Pain Management: Integrating Yoga and Meditation

Updated: Aug 15, 2021

Pain is a universal experience that no one is immune from, though the degree and intensity differ. Discomfort describes the most common symptom that causes patients to seek medical attention. The feeling of pain is an alert system the body uses to signal impending or actual damage. Pain is described by the International Association for the Study of Pain, (IASP), as “Pain is an unpleasant sensory or emotional experience associated with actual or potential tissue damage.” Pain is a subjective experience that differs from person to person influenced by personality, beliefs, attitudes, culture, expectations, and social factors.

“The proper management of pain remains, after all, the most important obligation, the main objective, and the crowning achievement of every physician.”

- Dr. John J. Bonica Anesthesiologist and Founder of IASP

There are different classifications and categories of pain. Fundamentally, the two basic types are neuropathic and nociceptive pain. Other classifications based on pain duration are acute and chronic pain. Regardless of the type, going through pain is depressing and stressful. Pain has an emotional nature and tolerance level that differs from person to person. Within the tolerance level, an individual can withstand the painful experience. However, above this level the experience becomes unbearable. In view of this, ensuring that patients’ pain does not exceed its tolerance level is the primary task of all physicians and the health care system.

The Pain Brain

There are all types of injuries and pain, both inner and outer. As humans, we experience physical, emotional, behavioral, and spiritual pain and trauma while we are here. Eckhart Tolle refers to the pain-body a term for the build-up of emotional and spiritual distress that people possess in their energy field.

Dr. Peter Abaci, MD is one of the world’s leading experts in pain. He is the Medical Director and Cofounder of the San Francisco Bay Area Pain & Wellness Center and the author of “Take Charge of Your Chronic Pain: The Latest Research, Cutting-Edge Tools, and Alternative Treatments for Feeling Better” and the host of Health Revolution.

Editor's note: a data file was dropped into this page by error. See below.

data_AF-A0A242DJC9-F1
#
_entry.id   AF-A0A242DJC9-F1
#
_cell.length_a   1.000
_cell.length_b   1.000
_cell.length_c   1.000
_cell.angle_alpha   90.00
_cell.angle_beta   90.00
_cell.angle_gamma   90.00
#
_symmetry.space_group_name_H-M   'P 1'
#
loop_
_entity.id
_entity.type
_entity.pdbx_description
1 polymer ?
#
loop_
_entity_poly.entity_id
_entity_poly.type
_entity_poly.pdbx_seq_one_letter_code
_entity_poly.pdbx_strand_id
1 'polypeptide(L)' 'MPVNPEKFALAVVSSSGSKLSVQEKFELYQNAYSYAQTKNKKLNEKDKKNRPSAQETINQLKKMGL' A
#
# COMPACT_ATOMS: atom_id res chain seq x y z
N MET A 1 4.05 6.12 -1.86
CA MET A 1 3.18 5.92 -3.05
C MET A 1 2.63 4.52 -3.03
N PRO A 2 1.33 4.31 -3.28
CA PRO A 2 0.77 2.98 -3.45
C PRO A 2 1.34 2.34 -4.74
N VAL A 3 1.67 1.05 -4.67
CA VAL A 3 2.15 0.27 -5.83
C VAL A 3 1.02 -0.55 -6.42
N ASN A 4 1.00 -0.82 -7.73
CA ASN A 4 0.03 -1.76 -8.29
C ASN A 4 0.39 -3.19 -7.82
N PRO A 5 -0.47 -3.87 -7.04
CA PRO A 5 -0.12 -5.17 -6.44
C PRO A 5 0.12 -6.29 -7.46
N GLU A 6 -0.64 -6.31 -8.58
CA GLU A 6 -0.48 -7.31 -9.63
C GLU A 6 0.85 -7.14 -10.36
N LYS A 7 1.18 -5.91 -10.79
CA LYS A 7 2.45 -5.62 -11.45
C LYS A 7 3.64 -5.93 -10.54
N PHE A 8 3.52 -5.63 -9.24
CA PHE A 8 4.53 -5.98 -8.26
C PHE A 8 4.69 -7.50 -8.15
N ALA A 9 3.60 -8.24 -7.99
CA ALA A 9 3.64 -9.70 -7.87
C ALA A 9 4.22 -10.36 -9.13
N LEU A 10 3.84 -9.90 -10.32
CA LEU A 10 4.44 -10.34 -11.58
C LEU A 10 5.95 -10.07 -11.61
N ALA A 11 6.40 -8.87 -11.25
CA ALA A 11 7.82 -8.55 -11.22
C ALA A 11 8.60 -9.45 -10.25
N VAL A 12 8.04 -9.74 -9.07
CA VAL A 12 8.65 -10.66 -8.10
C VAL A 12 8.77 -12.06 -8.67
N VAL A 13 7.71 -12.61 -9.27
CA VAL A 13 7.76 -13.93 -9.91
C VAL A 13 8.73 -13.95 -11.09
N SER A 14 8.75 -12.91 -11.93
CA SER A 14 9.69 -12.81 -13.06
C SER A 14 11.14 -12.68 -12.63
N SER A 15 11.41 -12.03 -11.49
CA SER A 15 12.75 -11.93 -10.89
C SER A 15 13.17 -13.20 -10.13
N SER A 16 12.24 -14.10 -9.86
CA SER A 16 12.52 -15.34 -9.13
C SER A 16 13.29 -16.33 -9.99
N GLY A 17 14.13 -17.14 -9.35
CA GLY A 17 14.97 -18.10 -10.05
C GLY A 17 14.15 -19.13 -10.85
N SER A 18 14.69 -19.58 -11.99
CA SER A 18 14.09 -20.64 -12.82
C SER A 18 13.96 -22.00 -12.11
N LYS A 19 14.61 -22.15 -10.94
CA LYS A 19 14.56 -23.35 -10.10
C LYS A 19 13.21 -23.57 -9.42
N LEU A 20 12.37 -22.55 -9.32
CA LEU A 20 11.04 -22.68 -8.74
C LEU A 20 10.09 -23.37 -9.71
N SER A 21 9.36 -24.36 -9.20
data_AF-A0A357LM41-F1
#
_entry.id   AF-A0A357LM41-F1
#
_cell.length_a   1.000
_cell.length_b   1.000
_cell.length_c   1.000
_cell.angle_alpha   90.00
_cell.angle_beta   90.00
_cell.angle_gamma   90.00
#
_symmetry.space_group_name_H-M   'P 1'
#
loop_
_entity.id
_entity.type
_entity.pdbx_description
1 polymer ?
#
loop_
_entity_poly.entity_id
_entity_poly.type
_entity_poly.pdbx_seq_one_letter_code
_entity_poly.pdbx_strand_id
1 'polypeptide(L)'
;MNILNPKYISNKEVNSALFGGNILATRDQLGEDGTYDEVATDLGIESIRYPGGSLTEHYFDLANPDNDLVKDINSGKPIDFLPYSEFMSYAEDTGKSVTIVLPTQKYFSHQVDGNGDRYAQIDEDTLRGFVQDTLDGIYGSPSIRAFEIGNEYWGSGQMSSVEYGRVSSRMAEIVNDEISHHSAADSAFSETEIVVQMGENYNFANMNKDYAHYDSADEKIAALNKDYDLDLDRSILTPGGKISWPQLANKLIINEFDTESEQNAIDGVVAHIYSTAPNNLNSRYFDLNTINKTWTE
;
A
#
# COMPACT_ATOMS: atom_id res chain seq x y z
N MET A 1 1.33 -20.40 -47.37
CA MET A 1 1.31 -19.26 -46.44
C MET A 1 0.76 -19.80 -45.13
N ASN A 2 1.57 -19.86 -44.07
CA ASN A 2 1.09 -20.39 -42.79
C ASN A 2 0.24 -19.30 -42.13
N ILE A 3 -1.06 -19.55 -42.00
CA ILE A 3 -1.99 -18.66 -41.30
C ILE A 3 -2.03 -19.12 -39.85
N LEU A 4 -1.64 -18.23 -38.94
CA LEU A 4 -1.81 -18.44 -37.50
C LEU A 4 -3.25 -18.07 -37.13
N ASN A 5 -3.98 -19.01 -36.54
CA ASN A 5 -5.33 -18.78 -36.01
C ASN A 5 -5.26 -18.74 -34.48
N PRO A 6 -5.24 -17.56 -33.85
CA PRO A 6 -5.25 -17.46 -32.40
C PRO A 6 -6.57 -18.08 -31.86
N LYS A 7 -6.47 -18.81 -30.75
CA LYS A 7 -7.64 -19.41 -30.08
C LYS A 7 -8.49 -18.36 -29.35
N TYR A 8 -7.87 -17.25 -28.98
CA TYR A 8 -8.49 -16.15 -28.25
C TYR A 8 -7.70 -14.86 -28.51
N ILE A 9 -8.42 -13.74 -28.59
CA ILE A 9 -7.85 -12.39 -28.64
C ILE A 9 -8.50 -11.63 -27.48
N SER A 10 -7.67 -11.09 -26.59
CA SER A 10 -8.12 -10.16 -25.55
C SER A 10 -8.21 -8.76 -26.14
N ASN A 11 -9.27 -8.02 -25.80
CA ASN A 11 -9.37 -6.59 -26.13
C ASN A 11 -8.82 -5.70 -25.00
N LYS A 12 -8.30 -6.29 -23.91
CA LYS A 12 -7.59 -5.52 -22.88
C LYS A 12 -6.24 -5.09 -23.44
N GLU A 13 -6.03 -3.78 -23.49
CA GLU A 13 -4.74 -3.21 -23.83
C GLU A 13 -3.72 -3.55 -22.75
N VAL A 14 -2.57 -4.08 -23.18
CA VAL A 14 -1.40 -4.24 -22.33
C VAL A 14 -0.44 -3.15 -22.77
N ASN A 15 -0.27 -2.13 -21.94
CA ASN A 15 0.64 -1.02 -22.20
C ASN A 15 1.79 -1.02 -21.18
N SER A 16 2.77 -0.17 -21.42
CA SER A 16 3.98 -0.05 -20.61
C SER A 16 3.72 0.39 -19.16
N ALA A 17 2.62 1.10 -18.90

“I like to view pain as an experience, and it helps to understand this experience by what I refer to as the pain brain and pain body. The pain brain refers to a wholesale set of structural and functional changes that take place when pain persists.”

Based on the pain mechanism of action, pain consciousness originates in the cerebral cortex of the nervous system. Stimuli resulting from tissue injury activate pain nerve fibers (nociceptors). These nociceptors, in turn, send information to the spinal cord dorsal horn, then progress to the brainstem and ultimately to the cerebral cortex. “Another key part of the pain experience is the activation of glial cells in the nervous system, which seem to help perpetuate the pain response.”


Neuroplasticity refers to how the brain evolves and changes based on a whole host of factors, and we see that the experience of pain leads to a number of neuroplastic changes throughout the nervous system that helps us understand different aspects of the pain experience, like depression, anxiety, sleeplessness, isolation, and motivational changes.

“All of these changes, in turn, are in constant communication with what is going in the body, leading to changes in how the body moves and functions, sometimes in very profound ways. When this “pain body” starts to shut down, then a person’s quality of life and ability to function goes down. This, in turn, communicates back to the brain, and as the two communicate back and forth, both the physical function gets more inhibited, and the actual pain becomes more debilitating” are according to Dr. Abaci.

Dr. Abaci says, “There are many different factors that contribute to getting stuck. We know that our attitudes and thoughts about a situation play an important role.”

Research has found that people who catastrophize the trauma pain event have longer lasting and more intense pain, and stronger medication use.

Physical factors play an important role as well. For example, studies have shown that bed rest is not helpful after a back injury and may slow the recovery process. Sometimes movement and exercise, when done appropriately, helps break the cycle.

Certainly, our emotions weigh heavily in the recovery process. Symptoms of trauma or hyper-arousal can set in. In order to help the person get unstuck and move forward, the treatment plan addresses these elements.

Physicians use different strategies in managing patients’ pain depending on the type. Findings show that Americans spends an average of $14 billion yearly on conventional pain medication drugs. The use of medication such as over-the-counter drugs and non-steroidal anti-inflammatory drugs (NSAID’s) can be effective pain relievers, especially for acute pain. However, for chronic pain management, their use can result in unwanted side effects.

“For many Americans who suffer from chronic pain, medication